Instead of government that goes after religious liberty, said Cruz, mentioning the litigation involving Hobby Lobby, the Little Sisters of the Poor, and Liberty University, “imagine a federal government that stands up for the religious rights of every American.”
“Imagine a government works to defend the sanctity of human life,” the Senator continued to cheers, “and to uphold the sacrament of marriage.”
Cruz’s remarks continued along these lines, asking the audience to imagine a federal government that respected the Second Amendment, protected the privacy rights of every American instead of seizing emails and cell phones, and that “embrac[ed] school choice as the civil rights issue of the next generation.”
“Every child in America has a right to a quality education,” said Cruz, regardless of race, wealth, or zip code. He advocated “repealing every word of Common Core, and supported an “all of the above” approach to school choice, including public, private, charter, home, parochial schools.
“Instead of a president how boycotts Prime Minister Netanyahu, imagine a president who stands unapologetically with the nation of Israel.” This line drew one of the loudest cheers of the morning and a standing ovation.
“Imagine a president who stands up and says we will defeat radical Islamic terrorism, and we will call it by its name.”
Cruz then asked the audience to imagine several key moments in American history: hearing Patrick Henry deliver his famous remarks in 1775, watching the signing of the Declaration of Independence in 1776, the incredible odds that General Washington’s troops were facing in 1777, dying in winter with no shoes, against the most powerful army in the world. Living through the Great Depression, with the world on the brink of war, as Franklin D. Roosevelt told America we had nothing to fear but fear itself.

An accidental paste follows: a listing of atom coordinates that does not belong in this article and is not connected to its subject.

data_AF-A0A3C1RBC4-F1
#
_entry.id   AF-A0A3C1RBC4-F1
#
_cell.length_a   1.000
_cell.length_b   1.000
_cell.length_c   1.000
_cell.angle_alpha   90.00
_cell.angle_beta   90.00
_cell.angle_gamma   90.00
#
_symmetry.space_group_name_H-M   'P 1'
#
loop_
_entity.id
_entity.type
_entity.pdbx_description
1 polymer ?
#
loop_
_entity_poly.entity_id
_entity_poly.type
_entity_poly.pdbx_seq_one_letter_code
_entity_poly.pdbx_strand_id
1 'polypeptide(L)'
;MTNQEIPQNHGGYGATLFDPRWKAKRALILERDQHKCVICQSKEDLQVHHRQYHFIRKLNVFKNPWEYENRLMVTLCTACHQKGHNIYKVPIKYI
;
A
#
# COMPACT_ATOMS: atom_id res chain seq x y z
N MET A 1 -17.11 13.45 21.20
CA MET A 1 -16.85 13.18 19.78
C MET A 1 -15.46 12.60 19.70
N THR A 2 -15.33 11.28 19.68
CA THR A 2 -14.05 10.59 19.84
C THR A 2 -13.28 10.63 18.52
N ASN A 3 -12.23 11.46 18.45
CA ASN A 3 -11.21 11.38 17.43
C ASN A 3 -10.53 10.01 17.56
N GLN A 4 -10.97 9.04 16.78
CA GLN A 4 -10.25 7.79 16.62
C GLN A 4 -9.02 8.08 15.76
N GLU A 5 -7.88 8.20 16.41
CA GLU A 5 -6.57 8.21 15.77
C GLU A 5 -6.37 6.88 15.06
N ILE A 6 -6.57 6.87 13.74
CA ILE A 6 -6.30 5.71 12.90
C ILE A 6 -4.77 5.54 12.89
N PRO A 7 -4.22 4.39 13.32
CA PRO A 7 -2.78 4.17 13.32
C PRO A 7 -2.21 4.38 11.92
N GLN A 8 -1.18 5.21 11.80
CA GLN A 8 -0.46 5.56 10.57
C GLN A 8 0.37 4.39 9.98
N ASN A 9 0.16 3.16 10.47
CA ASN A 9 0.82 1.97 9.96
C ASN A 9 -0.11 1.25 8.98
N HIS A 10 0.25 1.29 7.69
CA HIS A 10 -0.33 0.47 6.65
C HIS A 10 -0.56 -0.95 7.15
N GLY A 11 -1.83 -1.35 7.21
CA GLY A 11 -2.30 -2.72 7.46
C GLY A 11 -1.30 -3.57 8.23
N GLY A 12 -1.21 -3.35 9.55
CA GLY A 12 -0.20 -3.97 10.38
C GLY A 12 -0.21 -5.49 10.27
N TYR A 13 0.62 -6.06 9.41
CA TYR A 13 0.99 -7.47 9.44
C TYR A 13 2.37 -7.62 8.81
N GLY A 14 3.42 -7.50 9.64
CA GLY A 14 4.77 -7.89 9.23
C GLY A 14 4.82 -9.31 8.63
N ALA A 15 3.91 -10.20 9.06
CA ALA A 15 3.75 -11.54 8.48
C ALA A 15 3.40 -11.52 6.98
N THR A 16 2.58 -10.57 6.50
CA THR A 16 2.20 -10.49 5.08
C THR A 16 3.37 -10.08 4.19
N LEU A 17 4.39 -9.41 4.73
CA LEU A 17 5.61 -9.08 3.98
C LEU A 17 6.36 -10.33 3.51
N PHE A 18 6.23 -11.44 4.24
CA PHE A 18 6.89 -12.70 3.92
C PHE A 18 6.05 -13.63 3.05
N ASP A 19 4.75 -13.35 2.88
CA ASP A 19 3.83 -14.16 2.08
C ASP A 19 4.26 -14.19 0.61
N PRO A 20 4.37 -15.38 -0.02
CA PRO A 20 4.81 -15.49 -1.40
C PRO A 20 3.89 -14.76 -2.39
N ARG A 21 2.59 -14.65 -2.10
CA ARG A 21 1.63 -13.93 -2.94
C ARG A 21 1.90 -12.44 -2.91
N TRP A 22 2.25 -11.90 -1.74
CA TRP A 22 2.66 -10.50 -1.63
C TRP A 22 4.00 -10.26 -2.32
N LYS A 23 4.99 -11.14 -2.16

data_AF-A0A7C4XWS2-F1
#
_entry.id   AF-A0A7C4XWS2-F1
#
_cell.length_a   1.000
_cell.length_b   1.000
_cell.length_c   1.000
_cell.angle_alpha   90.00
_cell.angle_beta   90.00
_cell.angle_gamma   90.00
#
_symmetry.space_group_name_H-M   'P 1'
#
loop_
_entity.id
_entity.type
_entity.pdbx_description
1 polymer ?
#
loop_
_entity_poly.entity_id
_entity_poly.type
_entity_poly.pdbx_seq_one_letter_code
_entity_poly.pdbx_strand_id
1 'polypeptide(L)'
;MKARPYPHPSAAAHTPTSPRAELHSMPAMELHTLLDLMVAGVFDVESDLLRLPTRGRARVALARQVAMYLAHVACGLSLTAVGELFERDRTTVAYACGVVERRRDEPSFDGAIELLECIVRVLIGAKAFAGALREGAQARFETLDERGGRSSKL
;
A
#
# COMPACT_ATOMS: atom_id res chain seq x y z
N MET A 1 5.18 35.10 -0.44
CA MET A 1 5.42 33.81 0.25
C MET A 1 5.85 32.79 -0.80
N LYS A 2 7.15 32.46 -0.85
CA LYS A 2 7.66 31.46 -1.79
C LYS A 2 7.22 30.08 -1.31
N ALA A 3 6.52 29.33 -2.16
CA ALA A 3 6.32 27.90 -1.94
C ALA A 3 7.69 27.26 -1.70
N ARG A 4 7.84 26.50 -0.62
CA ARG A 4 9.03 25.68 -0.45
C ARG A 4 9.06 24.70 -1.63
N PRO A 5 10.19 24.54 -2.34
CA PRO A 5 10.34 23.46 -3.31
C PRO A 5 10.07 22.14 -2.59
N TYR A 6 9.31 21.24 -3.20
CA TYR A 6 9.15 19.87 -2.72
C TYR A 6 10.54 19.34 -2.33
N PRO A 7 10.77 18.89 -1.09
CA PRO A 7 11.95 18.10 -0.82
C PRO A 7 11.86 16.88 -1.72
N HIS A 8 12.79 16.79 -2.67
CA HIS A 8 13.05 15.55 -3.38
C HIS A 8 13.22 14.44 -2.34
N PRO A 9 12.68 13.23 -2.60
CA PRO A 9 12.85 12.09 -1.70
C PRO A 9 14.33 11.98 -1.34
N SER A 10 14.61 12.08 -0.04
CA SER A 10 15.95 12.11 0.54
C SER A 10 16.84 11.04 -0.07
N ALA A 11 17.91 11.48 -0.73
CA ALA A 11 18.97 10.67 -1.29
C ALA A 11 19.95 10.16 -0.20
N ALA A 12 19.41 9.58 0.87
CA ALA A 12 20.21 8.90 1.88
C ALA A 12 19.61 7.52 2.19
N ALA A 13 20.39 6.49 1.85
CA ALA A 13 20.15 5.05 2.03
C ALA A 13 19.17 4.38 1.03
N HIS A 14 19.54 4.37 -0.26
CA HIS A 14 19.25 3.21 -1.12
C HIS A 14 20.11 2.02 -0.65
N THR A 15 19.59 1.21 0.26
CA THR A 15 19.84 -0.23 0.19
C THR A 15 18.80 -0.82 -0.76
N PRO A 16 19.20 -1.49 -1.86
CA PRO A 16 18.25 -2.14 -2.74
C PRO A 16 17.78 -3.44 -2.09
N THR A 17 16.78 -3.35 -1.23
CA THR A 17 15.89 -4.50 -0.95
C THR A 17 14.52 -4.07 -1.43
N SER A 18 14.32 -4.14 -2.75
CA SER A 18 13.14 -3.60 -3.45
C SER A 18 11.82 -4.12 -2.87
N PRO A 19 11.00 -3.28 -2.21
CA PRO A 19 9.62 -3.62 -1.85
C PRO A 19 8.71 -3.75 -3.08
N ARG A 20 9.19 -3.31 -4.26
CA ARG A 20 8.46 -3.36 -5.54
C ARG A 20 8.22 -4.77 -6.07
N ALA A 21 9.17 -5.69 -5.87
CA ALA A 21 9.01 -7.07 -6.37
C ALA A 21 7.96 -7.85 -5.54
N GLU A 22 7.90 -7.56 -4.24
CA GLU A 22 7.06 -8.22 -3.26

Imagine it is 1989, continued Cruz, “and you and I are listening to Ronald Reagan” and he is saying that we will lower taxes, and end the economic stagnation, and “the very day he was sworn in, our hostages that were languishing in Iran would be released…within the decade,” we would win the Cold War and the Berlin Wall would be torn down.
“That would seem unimaginable, and yet, with the Grace of God, that’s exactly what happened,” said Cruz. “Compared to that, repealing Obamacare and abolishing the IRS ain’t all that tough.”
The power of the American people “knows no bounds,” he continued, and “God isn’t done with America yet.”
Cruz then made his official announcement: “I believe in you, I believe in the power of millions of courageous conservatives rising up to reignite the promise of America…and that is why today I am announcing that I am running for President of the United States,” as the crowd cheered, “Ted, Ted, Ted!”
“It is a time for truth. It is a time for liberty. It is a time to reclaim the Constitution of the United States.”
“I am honored to stand with each and every one of you, courageous conservatives, as we come together to reclaim the promise of America…for our children and our children’s children, we stand together for liberty.”
The answer will not come from Washignton, said Cruz, but from the American people, and “we will get back and restore that shining city on a hill that is the United States of America.”
“Thank you and God bless you!” the new Presidential candidate concluded. Cruz was then joined on stage by his wife, Heidi, who was wearing a classic pink suit and their two daughters, in dresses of a deeper pink, waving American flags as Aaron Tippin’s “Where the Stars and Stripes and the Eagle Fly” played.
This article has been updated.
Follow Sarah Rumpf on Twitter @rumpfshaker.